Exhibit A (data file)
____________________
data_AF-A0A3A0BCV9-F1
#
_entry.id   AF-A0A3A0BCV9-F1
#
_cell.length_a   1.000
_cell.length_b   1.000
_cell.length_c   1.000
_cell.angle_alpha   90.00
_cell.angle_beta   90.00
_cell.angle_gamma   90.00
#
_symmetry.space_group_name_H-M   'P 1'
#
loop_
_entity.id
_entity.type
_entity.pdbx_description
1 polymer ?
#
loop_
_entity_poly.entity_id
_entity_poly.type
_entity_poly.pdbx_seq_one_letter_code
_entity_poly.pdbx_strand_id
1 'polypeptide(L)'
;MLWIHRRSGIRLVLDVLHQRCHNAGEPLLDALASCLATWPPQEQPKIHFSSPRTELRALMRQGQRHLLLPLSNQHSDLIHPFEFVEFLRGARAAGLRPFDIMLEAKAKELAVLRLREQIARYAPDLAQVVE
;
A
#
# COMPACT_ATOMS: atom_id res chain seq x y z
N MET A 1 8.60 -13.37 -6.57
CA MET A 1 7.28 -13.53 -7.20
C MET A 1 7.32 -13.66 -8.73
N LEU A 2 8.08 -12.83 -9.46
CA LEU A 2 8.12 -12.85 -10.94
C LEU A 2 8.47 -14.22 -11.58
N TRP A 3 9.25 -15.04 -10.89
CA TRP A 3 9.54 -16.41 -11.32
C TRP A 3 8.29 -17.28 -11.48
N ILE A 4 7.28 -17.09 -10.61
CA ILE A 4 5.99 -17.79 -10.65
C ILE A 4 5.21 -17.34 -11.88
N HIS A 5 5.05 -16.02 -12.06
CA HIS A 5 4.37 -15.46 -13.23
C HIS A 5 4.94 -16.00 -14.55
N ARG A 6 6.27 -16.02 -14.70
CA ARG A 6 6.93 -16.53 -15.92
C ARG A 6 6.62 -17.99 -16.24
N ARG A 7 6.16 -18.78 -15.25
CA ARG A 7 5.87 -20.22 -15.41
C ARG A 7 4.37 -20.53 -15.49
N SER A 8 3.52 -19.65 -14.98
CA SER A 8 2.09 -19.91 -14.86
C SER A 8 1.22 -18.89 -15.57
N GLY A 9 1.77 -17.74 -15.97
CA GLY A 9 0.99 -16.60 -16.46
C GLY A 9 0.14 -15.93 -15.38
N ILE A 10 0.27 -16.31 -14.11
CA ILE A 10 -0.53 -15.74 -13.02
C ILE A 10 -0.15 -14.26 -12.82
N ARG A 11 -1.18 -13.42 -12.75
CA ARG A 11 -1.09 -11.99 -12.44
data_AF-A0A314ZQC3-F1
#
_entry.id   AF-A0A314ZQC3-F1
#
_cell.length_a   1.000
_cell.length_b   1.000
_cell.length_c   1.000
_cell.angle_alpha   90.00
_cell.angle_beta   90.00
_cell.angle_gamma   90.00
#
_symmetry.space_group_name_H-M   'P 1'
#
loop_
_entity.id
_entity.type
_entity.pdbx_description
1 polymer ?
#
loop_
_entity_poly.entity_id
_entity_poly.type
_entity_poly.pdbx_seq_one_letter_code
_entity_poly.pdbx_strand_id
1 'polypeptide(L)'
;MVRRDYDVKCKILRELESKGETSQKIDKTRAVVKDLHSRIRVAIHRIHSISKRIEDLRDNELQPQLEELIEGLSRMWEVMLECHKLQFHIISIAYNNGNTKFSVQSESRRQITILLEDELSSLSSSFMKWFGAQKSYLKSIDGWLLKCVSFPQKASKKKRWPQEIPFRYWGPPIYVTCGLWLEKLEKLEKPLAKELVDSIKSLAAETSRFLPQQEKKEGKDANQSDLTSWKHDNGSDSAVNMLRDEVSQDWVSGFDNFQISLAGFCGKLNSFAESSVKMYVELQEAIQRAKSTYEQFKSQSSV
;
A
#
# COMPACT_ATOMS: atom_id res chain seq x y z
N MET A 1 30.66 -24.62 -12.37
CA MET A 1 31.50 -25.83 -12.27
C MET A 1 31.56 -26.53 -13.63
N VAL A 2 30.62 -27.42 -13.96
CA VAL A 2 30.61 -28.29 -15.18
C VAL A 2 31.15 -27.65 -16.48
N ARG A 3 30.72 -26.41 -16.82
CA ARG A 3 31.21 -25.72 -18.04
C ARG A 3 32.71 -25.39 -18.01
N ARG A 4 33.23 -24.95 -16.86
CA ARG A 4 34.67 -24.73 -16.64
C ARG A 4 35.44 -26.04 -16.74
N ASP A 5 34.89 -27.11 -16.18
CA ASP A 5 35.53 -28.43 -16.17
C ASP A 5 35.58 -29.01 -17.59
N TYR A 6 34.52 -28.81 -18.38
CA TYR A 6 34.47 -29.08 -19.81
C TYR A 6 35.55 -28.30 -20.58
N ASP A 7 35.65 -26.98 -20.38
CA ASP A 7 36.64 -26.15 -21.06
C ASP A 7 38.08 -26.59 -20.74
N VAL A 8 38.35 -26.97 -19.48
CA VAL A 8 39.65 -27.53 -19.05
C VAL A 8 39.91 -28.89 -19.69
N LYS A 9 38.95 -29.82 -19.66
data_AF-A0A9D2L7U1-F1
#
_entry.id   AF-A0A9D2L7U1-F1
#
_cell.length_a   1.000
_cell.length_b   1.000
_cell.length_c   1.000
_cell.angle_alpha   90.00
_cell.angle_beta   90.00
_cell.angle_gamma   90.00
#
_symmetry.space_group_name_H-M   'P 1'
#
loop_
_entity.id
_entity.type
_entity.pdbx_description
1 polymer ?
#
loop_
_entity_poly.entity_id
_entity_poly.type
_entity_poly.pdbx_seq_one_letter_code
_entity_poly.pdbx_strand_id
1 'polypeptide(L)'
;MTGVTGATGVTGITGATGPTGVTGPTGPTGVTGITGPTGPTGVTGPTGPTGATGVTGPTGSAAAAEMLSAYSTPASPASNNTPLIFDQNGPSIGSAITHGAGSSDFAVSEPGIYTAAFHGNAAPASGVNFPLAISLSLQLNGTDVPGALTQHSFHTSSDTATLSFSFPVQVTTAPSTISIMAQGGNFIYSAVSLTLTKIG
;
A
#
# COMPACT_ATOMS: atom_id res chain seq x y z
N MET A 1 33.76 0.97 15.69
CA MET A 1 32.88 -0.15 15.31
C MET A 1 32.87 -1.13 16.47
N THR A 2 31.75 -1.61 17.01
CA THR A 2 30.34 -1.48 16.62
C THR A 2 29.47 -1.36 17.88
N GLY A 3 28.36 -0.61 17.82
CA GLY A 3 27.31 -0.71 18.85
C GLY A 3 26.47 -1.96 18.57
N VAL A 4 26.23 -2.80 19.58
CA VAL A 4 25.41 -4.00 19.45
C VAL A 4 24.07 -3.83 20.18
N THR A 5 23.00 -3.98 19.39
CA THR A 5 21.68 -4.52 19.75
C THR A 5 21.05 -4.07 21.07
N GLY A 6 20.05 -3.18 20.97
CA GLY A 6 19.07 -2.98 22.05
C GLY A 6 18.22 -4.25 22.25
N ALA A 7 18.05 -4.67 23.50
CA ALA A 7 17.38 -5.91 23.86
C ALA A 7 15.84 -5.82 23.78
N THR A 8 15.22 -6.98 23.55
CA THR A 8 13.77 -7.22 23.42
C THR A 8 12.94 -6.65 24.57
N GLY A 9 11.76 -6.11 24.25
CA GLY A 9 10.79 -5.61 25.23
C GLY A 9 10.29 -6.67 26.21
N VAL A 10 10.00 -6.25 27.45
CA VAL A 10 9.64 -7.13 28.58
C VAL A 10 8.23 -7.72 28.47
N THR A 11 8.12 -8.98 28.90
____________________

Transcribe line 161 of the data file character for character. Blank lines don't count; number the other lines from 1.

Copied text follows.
CA THR A 5 21.68 -4.52 19.75